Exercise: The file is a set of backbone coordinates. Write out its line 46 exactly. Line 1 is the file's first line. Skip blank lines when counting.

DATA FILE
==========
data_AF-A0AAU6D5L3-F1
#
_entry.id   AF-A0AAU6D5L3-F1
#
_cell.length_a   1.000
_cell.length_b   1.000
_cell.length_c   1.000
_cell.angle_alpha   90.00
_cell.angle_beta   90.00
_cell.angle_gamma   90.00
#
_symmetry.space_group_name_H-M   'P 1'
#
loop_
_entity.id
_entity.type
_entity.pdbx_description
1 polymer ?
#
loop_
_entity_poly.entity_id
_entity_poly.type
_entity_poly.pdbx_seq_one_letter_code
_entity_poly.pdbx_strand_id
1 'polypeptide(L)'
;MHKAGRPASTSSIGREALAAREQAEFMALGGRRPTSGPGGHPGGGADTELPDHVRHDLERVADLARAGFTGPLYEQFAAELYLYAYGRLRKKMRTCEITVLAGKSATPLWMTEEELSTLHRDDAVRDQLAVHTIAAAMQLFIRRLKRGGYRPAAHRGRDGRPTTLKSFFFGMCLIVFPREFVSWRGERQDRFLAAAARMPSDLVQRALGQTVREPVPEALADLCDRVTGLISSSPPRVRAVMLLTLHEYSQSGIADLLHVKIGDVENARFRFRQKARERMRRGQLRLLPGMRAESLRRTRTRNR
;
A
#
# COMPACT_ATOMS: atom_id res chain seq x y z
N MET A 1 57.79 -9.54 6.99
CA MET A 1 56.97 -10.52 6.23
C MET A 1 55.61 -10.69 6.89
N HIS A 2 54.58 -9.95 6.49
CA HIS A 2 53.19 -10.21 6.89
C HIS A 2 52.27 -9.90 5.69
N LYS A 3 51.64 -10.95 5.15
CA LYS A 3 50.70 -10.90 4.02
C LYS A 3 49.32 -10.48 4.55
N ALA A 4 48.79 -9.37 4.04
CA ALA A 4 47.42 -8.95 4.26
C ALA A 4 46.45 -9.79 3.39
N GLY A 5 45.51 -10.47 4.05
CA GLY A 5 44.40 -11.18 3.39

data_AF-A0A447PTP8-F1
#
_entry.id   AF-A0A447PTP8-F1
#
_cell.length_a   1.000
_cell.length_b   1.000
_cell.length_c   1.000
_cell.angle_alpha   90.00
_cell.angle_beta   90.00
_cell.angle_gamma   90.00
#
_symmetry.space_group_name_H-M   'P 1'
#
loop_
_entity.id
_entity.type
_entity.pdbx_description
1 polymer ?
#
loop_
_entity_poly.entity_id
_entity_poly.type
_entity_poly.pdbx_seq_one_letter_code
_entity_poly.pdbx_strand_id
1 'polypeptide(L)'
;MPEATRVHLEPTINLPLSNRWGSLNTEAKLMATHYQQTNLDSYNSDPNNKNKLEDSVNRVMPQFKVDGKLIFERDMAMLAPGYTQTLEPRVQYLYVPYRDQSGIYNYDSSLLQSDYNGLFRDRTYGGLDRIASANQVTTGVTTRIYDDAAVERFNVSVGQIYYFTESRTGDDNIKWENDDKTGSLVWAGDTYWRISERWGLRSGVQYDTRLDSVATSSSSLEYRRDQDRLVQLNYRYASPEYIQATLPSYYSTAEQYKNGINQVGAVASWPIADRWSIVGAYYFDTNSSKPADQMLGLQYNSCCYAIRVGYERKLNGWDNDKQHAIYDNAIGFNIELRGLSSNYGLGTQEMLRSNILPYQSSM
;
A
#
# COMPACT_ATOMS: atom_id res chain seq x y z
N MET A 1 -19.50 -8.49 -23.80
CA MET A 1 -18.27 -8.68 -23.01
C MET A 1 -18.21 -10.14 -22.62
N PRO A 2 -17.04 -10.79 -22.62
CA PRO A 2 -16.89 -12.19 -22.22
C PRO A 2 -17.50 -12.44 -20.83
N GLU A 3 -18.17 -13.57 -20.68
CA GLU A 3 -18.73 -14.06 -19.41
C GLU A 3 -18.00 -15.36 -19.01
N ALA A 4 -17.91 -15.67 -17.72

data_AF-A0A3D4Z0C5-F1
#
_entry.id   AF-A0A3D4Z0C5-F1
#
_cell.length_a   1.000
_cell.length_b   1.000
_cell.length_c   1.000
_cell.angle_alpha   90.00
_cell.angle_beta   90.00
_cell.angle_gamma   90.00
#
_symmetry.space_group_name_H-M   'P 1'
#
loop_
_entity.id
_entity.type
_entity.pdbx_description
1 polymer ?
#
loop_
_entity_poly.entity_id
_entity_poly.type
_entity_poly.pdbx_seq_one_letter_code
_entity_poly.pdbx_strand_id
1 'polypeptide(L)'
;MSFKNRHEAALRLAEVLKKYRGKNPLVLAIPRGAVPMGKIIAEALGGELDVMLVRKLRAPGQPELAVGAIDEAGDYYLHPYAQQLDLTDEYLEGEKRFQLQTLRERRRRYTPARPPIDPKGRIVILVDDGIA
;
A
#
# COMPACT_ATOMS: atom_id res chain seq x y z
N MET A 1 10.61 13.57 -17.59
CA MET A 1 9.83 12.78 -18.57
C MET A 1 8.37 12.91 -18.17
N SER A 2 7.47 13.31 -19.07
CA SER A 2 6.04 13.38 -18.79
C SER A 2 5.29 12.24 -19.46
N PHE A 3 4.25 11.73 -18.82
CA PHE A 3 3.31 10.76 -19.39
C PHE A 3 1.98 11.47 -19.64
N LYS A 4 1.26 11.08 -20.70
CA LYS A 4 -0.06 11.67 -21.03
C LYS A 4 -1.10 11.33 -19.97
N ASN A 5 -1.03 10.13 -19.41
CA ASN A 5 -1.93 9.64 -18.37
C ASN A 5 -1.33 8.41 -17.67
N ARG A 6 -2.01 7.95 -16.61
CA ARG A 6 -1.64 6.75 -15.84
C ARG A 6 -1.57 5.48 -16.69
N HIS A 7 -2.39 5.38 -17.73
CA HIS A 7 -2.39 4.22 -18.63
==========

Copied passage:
#